Tuesday, 19 June 2007


Now it is Glastonbury Week it takes my Mum's mind back to camping.

When they first got together my Mum and Dad had a tiny two-berth tent and they took it to Scarborough. It must have been very early in the season as my Mum remembers primroses being out. They camped on a cliff and it was howling a gale all night and they awoke to feel the tent roof touching their noses. Such was the wind the tent had been flattened though it popped up again once the wind had abated.

When we were little they didn't have much money so still used the tent though a fishing umbrella was added at the front by way of an extension. Once on a holiday in Wales we spent most of our time under the fishing umbrella, alternating with the site laundrette, as it rained the whole time. It also rained in Cumbria and we were quite small and played around in the mud a lot. On a visit to Blackpool on the same holiday my Mum noticed red blotches appearing all over my body. Highly alarmed she took me to the local casualty who diagnosed impetigo, which is a disease got by grubby little Victorian urchins who lacked basic sanitation. The mud, combined with difficulties in reaching the shower block in the pouring rain, had had the same effect.

My Mum and Dad's golden rule when it comes to camping is 'Go Down South'. The weather is always better and a few years ago during the hottest summer on record being on the beach at Combe Martin felt like being in the Med, with packed beaches and people partying until the early hours. The exception is when we go to my Dad's Landrover trials and we camp overnight. Once we camped on a cliff at Robin Hoods Bay and when you looked out of the tent you could see the line of the edge of the cliff and then the blue sea and it felt like being on the edge of the world.

We have been to Dorset,Somerset, Suffolk, and Oxfordshire. At the latter camp site I picked up a wild rabbit because nobody had told me I couldn't. I held the rabbit in my arms for a moment while it must have frozen in disbelief and then it sprang away. That was also the site where we saw a water snake.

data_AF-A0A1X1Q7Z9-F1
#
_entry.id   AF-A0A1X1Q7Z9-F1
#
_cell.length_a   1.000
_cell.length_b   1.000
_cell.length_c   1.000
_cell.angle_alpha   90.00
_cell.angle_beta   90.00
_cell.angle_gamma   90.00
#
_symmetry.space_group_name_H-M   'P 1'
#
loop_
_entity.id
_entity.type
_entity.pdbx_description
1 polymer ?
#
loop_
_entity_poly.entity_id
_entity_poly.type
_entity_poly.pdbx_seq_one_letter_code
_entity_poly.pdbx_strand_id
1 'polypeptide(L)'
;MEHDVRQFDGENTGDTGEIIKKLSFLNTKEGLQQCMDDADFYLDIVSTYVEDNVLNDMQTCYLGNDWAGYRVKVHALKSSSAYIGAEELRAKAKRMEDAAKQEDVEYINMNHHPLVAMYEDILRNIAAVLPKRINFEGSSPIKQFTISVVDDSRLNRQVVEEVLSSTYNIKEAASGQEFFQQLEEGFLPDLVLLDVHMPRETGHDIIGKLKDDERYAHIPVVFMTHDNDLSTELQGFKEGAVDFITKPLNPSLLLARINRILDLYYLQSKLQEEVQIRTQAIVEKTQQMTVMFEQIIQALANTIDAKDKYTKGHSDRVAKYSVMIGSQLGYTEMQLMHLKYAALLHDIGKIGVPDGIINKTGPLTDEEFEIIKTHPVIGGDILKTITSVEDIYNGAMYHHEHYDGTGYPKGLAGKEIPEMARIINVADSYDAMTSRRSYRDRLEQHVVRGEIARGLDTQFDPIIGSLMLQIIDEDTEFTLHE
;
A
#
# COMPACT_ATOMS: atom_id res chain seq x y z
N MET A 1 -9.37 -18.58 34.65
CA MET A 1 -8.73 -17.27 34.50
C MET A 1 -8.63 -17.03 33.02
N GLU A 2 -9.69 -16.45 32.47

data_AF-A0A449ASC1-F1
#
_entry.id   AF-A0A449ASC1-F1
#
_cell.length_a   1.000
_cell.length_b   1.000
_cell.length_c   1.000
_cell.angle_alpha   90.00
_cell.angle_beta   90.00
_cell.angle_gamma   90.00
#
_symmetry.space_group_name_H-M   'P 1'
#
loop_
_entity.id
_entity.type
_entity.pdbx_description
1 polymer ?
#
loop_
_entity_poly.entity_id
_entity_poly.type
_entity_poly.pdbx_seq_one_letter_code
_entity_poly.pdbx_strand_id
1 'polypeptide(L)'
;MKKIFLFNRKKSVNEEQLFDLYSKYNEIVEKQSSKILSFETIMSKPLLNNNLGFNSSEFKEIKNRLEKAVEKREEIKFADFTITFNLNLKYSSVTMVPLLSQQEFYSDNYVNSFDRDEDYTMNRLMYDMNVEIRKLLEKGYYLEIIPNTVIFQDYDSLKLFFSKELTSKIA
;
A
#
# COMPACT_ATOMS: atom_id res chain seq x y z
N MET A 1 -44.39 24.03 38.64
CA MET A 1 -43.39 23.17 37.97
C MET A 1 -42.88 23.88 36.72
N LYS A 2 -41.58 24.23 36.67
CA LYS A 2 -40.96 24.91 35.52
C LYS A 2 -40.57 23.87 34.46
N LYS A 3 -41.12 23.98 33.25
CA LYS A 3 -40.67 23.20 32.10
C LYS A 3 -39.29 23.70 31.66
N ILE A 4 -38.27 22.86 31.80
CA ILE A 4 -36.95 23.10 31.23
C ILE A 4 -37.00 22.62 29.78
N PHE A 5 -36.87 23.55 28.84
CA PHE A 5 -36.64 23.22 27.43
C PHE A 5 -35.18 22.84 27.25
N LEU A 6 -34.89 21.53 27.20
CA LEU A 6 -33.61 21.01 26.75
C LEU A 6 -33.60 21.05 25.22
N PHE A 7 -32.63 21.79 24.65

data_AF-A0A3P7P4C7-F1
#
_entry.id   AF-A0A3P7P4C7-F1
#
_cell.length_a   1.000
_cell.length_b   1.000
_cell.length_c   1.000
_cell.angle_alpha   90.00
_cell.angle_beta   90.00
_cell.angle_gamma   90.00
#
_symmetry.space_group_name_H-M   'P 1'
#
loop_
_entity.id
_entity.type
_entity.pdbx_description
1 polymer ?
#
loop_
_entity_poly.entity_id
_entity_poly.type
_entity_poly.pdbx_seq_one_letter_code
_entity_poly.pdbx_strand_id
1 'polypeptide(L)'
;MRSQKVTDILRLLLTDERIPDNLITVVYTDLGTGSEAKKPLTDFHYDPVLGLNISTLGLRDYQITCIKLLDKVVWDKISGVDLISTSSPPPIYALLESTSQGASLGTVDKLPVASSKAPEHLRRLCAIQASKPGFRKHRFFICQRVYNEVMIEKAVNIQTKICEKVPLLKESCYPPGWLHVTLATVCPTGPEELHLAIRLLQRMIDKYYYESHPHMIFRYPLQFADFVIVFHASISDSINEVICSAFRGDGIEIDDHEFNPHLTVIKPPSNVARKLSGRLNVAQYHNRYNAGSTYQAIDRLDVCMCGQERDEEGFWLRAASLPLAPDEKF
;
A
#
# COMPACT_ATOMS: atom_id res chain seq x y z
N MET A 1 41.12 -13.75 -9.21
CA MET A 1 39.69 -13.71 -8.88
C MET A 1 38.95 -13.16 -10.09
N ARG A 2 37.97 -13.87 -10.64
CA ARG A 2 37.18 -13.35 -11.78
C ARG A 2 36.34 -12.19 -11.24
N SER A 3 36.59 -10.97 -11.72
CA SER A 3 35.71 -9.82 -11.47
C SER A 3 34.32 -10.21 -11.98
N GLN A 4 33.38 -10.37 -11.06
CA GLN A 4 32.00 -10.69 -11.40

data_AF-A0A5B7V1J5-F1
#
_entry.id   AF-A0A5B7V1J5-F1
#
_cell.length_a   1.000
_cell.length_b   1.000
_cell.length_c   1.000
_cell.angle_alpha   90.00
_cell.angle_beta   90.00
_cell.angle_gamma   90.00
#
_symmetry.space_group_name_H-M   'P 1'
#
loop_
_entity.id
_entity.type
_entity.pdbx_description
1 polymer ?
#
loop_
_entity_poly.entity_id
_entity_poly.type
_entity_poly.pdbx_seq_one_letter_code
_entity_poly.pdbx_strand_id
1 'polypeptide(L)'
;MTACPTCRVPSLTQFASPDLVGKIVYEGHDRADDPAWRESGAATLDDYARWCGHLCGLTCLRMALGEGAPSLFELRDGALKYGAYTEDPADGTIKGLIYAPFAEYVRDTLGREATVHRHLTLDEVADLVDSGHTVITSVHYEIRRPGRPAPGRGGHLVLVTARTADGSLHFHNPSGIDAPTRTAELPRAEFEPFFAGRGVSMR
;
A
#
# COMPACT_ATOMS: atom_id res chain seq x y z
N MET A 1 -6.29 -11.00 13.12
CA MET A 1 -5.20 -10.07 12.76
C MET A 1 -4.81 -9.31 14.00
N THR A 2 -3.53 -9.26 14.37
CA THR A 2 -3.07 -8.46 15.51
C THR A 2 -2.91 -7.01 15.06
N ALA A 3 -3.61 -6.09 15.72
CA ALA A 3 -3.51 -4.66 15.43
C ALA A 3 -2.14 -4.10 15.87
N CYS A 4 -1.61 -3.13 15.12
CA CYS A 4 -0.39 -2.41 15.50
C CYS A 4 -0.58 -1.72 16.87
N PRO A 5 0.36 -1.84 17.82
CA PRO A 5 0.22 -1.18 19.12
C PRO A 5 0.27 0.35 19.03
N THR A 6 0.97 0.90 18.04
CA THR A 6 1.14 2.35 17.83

The site in Suffolk was next to a pond and every morning a mother duck would bring her ducklings while we were cooking the bacon sandwiches. She would stand back while me and my brother would throw them bits of bread and never have any herself which is a fine example of maternal devotion.

This was also site where we had to walk a long way to the toilet block and for some reason I thought that my towel was like a vampire's cape and I ran along the track baring my teeth like a vampire, pink cape flapping behind me. I didn't see the car coming but the bloke in it chewed his fists like he was really scared.


Sweet Irene said...

Dear Eleanor,

Do you know something? I have only gone camping twice in my whole life and I really enjoyed it, but now I wonder if I am too old to do it again. It would be fun if I had a really nice tent, I suppose.

Eleanor said...

There is all sorts of equipment nowadays that can make it a very civilised experience. It can be very cheap (we have had a week's holiday for £70 plus food and travel)and it is very nice sitting outside your tent with a glass of wine on a summer's evening watching the sunset!

Sweet Irene said...

Yes, and then thinking about getting all cozy inside the sleeping bag. Would they let us take the dog with us? That would be worth looking into. A nice bungalow tent maybe...